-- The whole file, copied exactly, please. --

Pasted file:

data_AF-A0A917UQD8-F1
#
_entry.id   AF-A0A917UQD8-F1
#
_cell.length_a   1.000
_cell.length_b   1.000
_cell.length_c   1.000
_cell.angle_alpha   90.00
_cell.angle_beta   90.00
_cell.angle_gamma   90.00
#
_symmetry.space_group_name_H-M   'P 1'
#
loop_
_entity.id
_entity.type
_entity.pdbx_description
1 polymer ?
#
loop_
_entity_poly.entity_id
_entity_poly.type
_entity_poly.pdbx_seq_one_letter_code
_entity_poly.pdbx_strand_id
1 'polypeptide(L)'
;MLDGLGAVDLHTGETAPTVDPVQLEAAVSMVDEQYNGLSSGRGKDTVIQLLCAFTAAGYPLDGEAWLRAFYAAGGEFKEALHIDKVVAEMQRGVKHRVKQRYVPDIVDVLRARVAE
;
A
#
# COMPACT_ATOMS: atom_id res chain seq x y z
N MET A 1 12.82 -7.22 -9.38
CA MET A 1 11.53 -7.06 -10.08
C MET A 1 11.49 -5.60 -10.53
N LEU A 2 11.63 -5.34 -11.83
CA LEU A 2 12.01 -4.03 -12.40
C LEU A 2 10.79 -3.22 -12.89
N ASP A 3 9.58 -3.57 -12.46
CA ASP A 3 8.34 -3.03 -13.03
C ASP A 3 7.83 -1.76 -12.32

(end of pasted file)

data_AF-A0A917UQD8-F1
#
_entry.id   AF-A0A917UQD8-F1
#
_cell.length_a   1.000
_cell.length_b   1.000
_cell.length_c   1.000
_cell.angle_alpha   90.00
_cell.angle_beta   90.00
_cell.angle_gamma   90.00
#
_symmetry.space_group_name_H-M   'P 1'
#
loop_
_entity.id
_entity.type
_entity.pdbx_description
1 polymer ?
#
loop_
_entity_poly.entity_id
_entity_poly.type
_entity_poly.pdbx_seq_one_letter_code
_entity_poly.pdbx_strand_id
1 'polypeptide(L)'
;MLDGLGAVDLHTGETAPTVDPVQLEAAVSMVDEQYNGLSSGRGKDTVIQLLCAFTAAGYPLDGEAWLRAFYAAGGEFKEALHIDKVVAEMQRGVKHRVKQRYVPDIVDVLRARVAE
;
A
#
# COMPACT_ATOMS: atom_id res chain seq x y z
N MET A 1 12.82 -7.22 -9.38
CA MET A 1 11.53 -7.06 -10.08
C MET A 1 11.49 -5.60 -10.53
N LEU A 2 11.63 -5.34 -11.83
CA LEU A 2 12.01 -4.03 -12.40
C LEU A 2 10.79 -3.22 -12.89
N ASP A 3 9.58 -3.57 -12.46
CA ASP A 3 8.34 -3.03 -13.03
C ASP A 3 7.83 -1.76 -12.32